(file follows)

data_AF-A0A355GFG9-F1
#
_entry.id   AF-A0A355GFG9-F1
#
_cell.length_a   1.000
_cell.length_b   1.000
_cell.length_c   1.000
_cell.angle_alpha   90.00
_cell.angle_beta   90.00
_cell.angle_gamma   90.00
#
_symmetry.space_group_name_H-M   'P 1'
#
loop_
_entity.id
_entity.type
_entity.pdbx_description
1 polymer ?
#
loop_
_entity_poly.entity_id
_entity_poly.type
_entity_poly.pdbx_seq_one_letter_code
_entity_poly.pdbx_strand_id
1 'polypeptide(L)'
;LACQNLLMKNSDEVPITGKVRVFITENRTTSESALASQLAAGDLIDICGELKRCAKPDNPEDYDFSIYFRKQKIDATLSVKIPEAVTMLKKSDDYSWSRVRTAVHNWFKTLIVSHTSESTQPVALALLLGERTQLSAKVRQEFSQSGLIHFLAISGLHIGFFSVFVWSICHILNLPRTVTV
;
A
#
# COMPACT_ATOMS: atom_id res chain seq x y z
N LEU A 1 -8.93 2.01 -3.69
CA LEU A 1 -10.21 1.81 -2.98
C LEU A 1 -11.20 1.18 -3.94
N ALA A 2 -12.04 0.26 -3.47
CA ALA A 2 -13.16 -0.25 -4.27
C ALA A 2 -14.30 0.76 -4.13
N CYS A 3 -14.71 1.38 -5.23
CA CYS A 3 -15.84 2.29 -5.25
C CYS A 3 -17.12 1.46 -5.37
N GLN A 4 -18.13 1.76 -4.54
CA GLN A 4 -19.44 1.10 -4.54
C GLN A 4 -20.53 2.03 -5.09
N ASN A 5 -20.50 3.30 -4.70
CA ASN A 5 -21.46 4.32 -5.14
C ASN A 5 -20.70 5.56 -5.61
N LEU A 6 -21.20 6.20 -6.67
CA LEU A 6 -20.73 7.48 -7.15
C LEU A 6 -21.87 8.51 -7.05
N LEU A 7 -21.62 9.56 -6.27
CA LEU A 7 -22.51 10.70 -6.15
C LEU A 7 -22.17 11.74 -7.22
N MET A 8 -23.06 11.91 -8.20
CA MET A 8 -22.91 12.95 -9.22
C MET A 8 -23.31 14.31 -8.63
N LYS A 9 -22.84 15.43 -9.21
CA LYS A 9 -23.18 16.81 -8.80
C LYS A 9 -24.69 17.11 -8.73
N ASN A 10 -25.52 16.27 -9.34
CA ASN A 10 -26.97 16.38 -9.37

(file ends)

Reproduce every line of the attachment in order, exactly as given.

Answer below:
data_AF-A0A355GFG9-F1
#
_entry.id   AF-A0A355GFG9-F1
#
_cell.length_a   1.000
_cell.length_b   1.000
_cell.length_c   1.000
_cell.angle_alpha   90.00
_cell.angle_beta   90.00
_cell.angle_gamma   90.00
#
_symmetry.space_group_name_H-M   'P 1'
#
loop_
_entity.id
_entity.type
_entity.pdbx_description
1 polymer ?
#
loop_
_entity_poly.entity_id
_entity_poly.type
_entity_poly.pdbx_seq_one_letter_code
_entity_poly.pdbx_strand_id
1 'polypeptide(L)'
;LACQNLLMKNSDEVPITGKVRVFITENRTTSESALASQLAAGDLIDICGELKRCAKPDNPEDYDFSIYFRKQKIDATLSVKIPEAVTMLKKSDDYSWSRVRTAVHNWFKTLIVSHTSESTQPVALALLLGERTQLSAKVRQEFSQSGLIHFLAISGLHIGFFSVFVWSICHILNLPRTVTV
;
A
#
# COMPACT_ATOMS: atom_id res chain seq x y z
N LEU A 1 -8.93 2.01 -3.69
CA LEU A 1 -10.21 1.81 -2.98
C LEU A 1 -11.20 1.18 -3.94
N ALA A 2 -12.04 0.26 -3.47
CA ALA A 2 -13.16 -0.25 -4.27
C ALA A 2 -14.30 0.76 -4.13
N CYS A 3 -14.71 1.38 -5.23
CA CYS A 3 -15.84 2.29 -5.25
C CYS A 3 -17.12 1.46 -5.37
N GLN A 4 -18.13 1.76 -4.54
CA GLN A 4 -19.44 1.10 -4.54
C GLN A 4 -20.53 2.03 -5.09
N ASN A 5 -20.50 3.30 -4.70
CA ASN A 5 -21.46 4.32 -5.14
C ASN A 5 -20.70 5.56 -5.61
N LEU A 6 -21.20 6.20 -6.67
CA LEU A 6 -20.73 7.48 -7.15
C LEU A 6 -21.87 8.51 -7.05
N LEU A 7 -21.62 9.56 -6.27
CA LEU A 7 -22.51 10.70 -6.15
C LEU A 7 -22.17 11.74 -7.22
N MET A 8 -23.06 11.91 -8.20
CA MET A 8 -22.91 12.95 -9.22
C MET A 8 -23.31 14.31 -8.63
N LYS A 9 -22.84 15.43 -9.21
CA LYS A 9 -23.18 16.81 -8.80
C LYS A 9 -24.69 17.11 -8.73
N ASN A 10 -25.52 16.27 -9.34
CA ASN A 10 -26.97 16.38 -9.37